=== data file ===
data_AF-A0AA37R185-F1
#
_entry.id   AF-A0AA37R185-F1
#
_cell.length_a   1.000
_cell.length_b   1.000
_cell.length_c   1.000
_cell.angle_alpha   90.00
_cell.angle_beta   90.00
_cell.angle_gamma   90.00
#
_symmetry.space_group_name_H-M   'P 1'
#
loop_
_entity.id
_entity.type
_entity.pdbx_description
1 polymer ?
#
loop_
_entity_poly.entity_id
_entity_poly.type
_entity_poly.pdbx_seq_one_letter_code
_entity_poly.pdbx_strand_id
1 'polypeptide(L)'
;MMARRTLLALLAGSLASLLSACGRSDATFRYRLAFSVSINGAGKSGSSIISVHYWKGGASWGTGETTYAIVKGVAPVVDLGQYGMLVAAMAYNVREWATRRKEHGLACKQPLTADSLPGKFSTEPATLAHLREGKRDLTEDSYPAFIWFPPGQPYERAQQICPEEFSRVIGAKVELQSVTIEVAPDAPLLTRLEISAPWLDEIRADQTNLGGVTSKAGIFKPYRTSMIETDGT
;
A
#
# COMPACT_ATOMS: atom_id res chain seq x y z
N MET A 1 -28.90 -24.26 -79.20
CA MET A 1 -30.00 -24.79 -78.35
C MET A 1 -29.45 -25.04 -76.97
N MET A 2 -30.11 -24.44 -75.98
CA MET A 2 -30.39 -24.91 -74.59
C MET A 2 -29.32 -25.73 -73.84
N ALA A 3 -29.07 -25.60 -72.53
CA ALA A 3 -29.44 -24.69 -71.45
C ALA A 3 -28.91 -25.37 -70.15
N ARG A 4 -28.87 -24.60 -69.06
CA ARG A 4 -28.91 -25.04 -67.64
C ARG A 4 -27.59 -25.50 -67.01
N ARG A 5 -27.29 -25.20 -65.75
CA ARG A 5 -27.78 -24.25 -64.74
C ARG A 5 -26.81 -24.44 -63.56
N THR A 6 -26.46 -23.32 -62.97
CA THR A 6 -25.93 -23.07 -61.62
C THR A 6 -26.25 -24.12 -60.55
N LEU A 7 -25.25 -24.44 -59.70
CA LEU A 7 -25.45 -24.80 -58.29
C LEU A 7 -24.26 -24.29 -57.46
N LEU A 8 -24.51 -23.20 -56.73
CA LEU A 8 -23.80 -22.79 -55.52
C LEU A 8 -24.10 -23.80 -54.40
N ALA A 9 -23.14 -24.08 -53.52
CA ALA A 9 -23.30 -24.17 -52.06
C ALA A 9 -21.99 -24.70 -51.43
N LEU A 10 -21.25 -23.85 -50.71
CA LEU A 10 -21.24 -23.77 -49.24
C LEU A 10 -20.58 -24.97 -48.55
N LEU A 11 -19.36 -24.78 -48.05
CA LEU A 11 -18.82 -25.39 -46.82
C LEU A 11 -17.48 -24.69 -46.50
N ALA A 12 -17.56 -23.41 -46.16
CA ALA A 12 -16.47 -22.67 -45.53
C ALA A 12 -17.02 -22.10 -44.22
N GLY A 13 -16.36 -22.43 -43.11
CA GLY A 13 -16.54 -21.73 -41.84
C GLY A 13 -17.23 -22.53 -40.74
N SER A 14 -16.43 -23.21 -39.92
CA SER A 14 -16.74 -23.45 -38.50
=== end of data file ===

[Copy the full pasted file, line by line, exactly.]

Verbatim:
data_AF-A0AA37R185-F1
#
_entry.id   AF-A0AA37R185-F1
#
_cell.length_a   1.000
_cell.length_b   1.000
_cell.length_c   1.000
_cell.angle_alpha   90.00
_cell.angle_beta   90.00
_cell.angle_gamma   90.00
#
_symmetry.space_group_name_H-M   'P 1'
#
loop_
_entity.id
_entity.type
_entity.pdbx_description
1 polymer ?
#
loop_
_entity_poly.entity_id
_entity_poly.type
_entity_poly.pdbx_seq_one_letter_code
_entity_poly.pdbx_strand_id
1 'polypeptide(L)'
;MMARRTLLALLAGSLASLLSACGRSDATFRYRLAFSVSINGAGKSGSSIISVHYWKGGASWGTGETTYAIVKGVAPVVDLGQYGMLVAAMAYNVREWATRRKEHGLACKQPLTADSLPGKFSTEPATLAHLREGKRDLTEDSYPAFIWFPPGQPYERAQQICPEEFSRVIGAKVELQSVTIEVAPDAPLLTRLEISAPWLDEIRADQTNLGGVTSKAGIFKPYRTSMIETDGT
;
A
#
# COMPACT_ATOMS: atom_id res chain seq x y z
N MET A 1 -28.90 -24.26 -79.20
CA MET A 1 -30.00 -24.79 -78.35
C MET A 1 -29.45 -25.04 -76.97
N MET A 2 -30.11 -24.44 -75.98
CA MET A 2 -30.39 -24.91 -74.59
C MET A 2 -29.32 -25.73 -73.84
N ALA A 3 -29.07 -25.60 -72.53
CA ALA A 3 -29.44 -24.69 -71.45
C ALA A 3 -28.91 -25.37 -70.15
N ARG A 4 -28.87 -24.60 -69.06
CA ARG A 4 -28.91 -25.04 -67.64
C ARG A 4 -27.59 -25.50 -67.01
N ARG A 5 -27.29 -25.20 -65.75
CA ARG A 5 -27.78 -24.25 -64.74
C ARG A 5 -26.81 -24.44 -63.56
N THR A 6 -26.46 -23.32 -62.97
CA THR A 6 -25.93 -23.07 -61.62
C THR A 6 -26.25 -24.12 -60.55
N LEU A 7 -25.25 -24.44 -59.70
CA LEU A 7 -25.45 -24.80 -58.29
C LEU A 7 -24.26 -24.29 -57.46
N LEU A 8 -24.51 -23.20 -56.73
CA LEU A 8 -23.80 -22.79 -55.52
C LEU A 8 -24.10 -23.80 -54.40
N ALA A 9 -23.14 -24.08 -53.52
CA ALA A 9 -23.30 -24.17 -52.06
C ALA A 9 -21.99 -24.70 -51.43
N LEU A 10 -21.25 -23.85 -50.71
CA LEU A 10 -21.24 -23.77 -49.24
C LEU A 10 -20.58 -24.97 -48.55
N LEU A 11 -19.36 -24.78 -48.05
CA LEU A 11 -18.82 -25.39 -46.82
C LEU A 11 -17.48 -24.69 -46.50
N ALA A 12 -17.56 -23.41 -46.16
CA ALA A 12 -16.47 -22.67 -45.53
C ALA A 12 -17.02 -22.10 -44.22
N GLY A 13 -16.36 -22.43 -43.11
CA GLY A 13 -16.54 -21.73 -41.84
C GLY A 13 -17.23 -22.53 -40.74
N SER A 14 -16.43 -23.21 -39.92
CA SER A 14 -16.74 -23.45 -38.50